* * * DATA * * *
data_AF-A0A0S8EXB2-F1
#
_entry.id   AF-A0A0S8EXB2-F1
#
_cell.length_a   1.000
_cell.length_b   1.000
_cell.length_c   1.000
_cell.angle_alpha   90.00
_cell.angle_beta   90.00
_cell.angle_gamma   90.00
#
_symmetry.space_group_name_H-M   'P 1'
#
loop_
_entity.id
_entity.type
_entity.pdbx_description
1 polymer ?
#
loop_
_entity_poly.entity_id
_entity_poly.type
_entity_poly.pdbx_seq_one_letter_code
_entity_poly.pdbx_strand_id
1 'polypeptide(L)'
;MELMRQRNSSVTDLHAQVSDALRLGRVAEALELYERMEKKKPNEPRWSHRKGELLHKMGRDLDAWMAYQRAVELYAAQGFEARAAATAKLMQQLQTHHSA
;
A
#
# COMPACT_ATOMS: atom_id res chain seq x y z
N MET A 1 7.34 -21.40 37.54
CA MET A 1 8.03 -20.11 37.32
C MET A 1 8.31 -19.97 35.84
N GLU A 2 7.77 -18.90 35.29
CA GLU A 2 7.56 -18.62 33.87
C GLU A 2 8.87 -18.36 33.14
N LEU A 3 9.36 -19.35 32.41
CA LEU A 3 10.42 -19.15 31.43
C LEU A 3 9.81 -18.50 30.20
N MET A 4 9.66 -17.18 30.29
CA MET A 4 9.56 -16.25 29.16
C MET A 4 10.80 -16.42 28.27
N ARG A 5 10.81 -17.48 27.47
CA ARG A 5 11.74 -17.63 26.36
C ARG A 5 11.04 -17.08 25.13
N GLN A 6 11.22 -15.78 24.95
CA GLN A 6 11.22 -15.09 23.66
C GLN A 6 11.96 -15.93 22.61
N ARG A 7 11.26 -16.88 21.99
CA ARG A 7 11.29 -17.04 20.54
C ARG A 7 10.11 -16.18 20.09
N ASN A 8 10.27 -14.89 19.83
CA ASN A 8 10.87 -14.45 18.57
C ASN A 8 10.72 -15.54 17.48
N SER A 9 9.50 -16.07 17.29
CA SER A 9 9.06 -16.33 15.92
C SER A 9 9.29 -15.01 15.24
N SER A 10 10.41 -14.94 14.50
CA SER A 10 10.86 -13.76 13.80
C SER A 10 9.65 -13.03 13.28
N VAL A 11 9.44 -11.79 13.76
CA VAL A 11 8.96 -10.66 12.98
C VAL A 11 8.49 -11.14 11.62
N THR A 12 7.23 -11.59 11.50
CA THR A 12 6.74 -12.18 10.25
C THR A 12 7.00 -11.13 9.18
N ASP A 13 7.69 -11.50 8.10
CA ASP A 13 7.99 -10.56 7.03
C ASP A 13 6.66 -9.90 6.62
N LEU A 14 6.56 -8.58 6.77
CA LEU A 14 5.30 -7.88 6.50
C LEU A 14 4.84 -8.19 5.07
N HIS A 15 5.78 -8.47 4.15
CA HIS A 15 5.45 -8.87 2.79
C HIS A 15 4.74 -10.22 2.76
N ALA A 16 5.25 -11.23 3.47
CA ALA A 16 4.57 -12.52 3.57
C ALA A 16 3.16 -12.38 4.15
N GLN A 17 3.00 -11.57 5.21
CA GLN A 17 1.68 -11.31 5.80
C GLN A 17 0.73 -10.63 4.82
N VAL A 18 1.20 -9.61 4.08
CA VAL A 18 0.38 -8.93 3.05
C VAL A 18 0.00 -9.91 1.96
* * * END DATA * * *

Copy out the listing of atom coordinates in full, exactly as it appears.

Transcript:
data_AF-A0A0S8EXB2-F1
#
_entry.id   AF-A0A0S8EXB2-F1
#
_cell.length_a   1.000
_cell.length_b   1.000
_cell.length_c   1.000
_cell.angle_alpha   90.00
_cell.angle_beta   90.00
_cell.angle_gamma   90.00
#
_symmetry.space_group_name_H-M   'P 1'
#
loop_
_entity.id
_entity.type
_entity.pdbx_description
1 polymer ?
#
loop_
_entity_poly.entity_id
_entity_poly.type
_entity_poly.pdbx_seq_one_letter_code
_entity_poly.pdbx_strand_id
1 'polypeptide(L)'
;MELMRQRNSSVTDLHAQVSDALRLGRVAEALELYERMEKKKPNEPRWSHRKGELLHKMGRDLDAWMAYQRAVELYAAQGFEARAAATAKLMQQLQTHHSA
;
A
#
# COMPACT_ATOMS: atom_id res chain seq x y z
N MET A 1 7.34 -21.40 37.54
CA MET A 1 8.03 -20.11 37.32
C MET A 1 8.31 -19.97 35.84
N GLU A 2 7.77 -18.90 35.29
CA GLU A 2 7.56 -18.62 33.87
C GLU A 2 8.87 -18.36 33.14
N LEU A 3 9.36 -19.35 32.41
CA LEU A 3 10.42 -19.15 31.43
C LEU A 3 9.81 -18.50 30.20
N MET A 4 9.66 -17.18 30.29
CA MET A 4 9.56 -16.25 29.16
C MET A 4 10.80 -16.42 28.27
N ARG A 5 10.81 -17.48 27.47
CA ARG A 5 11.74 -17.63 26.36
C ARG A 5 11.04 -17.08 25.13
N GLN A 6 11.22 -15.78 24.95
CA GLN A 6 11.22 -15.09 23.66
C GLN A 6 11.96 -15.93 22.61
N ARG A 7 11.26 -16.88 21.99
CA ARG A 7 11.29 -17.04 20.54
C ARG A 7 10.11 -16.18 20.09
N ASN A 8 10.27 -14.89 19.83
CA ASN A 8 10.87 -14.45 18.57
C ASN A 8 10.72 -15.54 17.48
N SER A 9 9.50 -16.07 17.29
CA SER A 9 9.06 -16.33 15.92
C SER A 9 9.29 -15.01 15.24
N SER A 10 10.41 -14.94 14.50
CA SER A 10 10.86 -13.76 13.80
C SER A 10 9.65 -13.03 13.28
N VAL A 11 9.44 -11.79 13.76
CA VAL A 11 8.96 -10.66 12.98
C VAL A 11 8.49 -11.14 11.62
N THR A 12 7.23 -11.59 11.50
CA THR A 12 6.74 -12.18 10.25
C THR A 12 7.00 -11.13 9.18
N ASP A 13 7.69 -11.50 8.10
CA ASP A 13 7.99 -10.56 7.03
C ASP A 13 6.66 -9.90 6.62
N LEU A 14 6.56 -8.58 6.77
CA LEU A 14 5.30 -7.88 6.50
C LEU A 14 4.84 -8.19 5.07
N HIS A 15 5.78 -8.47 4.15
CA HIS A 15 5.45 -8.87 2.79
C HIS A 15 4.74 -10.22 2.76
N ALA A 16 5.25 -11.23 3.47
CA ALA A 16 4.57 -12.52 3.57
C ALA A 16 3.16 -12.38 4.15
N GLN A 17 3.00 -11.57 5.21
CA GLN A 17 1.68 -11.31 5.80
C GLN A 17 0.73 -10.63 4.82
N VAL A 18 1.20 -9.61 4.08
CA VAL A 18 0.38 -8.93 3.05
C VAL A 18 0.00 -9.91 1.96